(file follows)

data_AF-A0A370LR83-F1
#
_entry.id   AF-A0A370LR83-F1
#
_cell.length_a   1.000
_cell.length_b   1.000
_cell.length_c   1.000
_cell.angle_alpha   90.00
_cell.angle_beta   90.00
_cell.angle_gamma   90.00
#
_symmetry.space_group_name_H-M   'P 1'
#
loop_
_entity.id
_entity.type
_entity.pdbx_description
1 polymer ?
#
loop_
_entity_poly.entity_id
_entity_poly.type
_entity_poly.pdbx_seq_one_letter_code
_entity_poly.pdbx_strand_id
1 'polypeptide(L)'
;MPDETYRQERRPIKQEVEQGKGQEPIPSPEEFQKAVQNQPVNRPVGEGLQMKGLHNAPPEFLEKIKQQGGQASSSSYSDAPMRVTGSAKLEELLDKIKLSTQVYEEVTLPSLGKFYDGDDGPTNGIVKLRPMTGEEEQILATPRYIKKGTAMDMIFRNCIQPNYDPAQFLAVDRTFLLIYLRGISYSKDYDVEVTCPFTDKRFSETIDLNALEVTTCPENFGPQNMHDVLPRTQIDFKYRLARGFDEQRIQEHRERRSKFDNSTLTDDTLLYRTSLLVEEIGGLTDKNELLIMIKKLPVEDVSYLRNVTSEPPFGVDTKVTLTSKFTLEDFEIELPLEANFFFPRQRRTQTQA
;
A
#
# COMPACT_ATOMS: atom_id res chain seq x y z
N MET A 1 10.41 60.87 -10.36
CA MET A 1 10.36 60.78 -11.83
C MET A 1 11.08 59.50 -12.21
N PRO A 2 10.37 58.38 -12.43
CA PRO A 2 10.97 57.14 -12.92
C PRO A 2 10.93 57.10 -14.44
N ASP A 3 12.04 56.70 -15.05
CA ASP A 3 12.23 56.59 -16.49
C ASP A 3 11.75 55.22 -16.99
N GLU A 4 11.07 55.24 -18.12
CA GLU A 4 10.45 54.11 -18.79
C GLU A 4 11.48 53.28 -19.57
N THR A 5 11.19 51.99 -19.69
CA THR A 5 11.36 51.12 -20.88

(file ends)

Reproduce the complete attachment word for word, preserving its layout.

data_AF-A0A370LR83-F1
#
_entry.id   AF-A0A370LR83-F1
#
_cell.length_a   1.000
_cell.length_b   1.000
_cell.length_c   1.000
_cell.angle_alpha   90.00
_cell.angle_beta   90.00
_cell.angle_gamma   90.00
#
_symmetry.space_group_name_H-M   'P 1'
#
loop_
_entity.id
_entity.type
_entity.pdbx_description
1 polymer ?
#
loop_
_entity_poly.entity_id
_entity_poly.type
_entity_poly.pdbx_seq_one_letter_code
_entity_poly.pdbx_strand_id
1 'polypeptide(L)'
;MPDETYRQERRPIKQEVEQGKGQEPIPSPEEFQKAVQNQPVNRPVGEGLQMKGLHNAPPEFLEKIKQQGGQASSSSYSDAPMRVTGSAKLEELLDKIKLSTQVYEEVTLPSLGKFYDGDDGPTNGIVKLRPMTGEEEQILATPRYIKKGTAMDMIFRNCIQPNYDPAQFLAVDRTFLLIYLRGISYSKDYDVEVTCPFTDKRFSETIDLNALEVTTCPENFGPQNMHDVLPRTQIDFKYRLARGFDEQRIQEHRERRSKFDNSTLTDDTLLYRTSLLVEEIGGLTDKNELLIMIKKLPVEDVSYLRNVTSEPPFGVDTKVTLTSKFTLEDFEIELPLEANFFFPRQRRTQTQA
;
A
#
# COMPACT_ATOMS: atom_id res chain seq x y z
N MET A 1 10.41 60.87 -10.36
CA MET A 1 10.36 60.78 -11.83
C MET A 1 11.08 59.50 -12.21
N PRO A 2 10.37 58.38 -12.43
CA PRO A 2 10.97 57.14 -12.92
C PRO A 2 10.93 57.10 -14.44
N ASP A 3 12.04 56.70 -15.05
CA ASP A 3 12.23 56.59 -16.49
C ASP A 3 11.75 55.22 -16.99
N GLU A 4 11.07 55.24 -18.12
CA GLU A 4 10.45 54.11 -18.79
C GLU A 4 11.48 53.28 -19.57
N THR A 5 11.19 51.99 -19.69
CA THR A 5 11.36 51.12 -20.88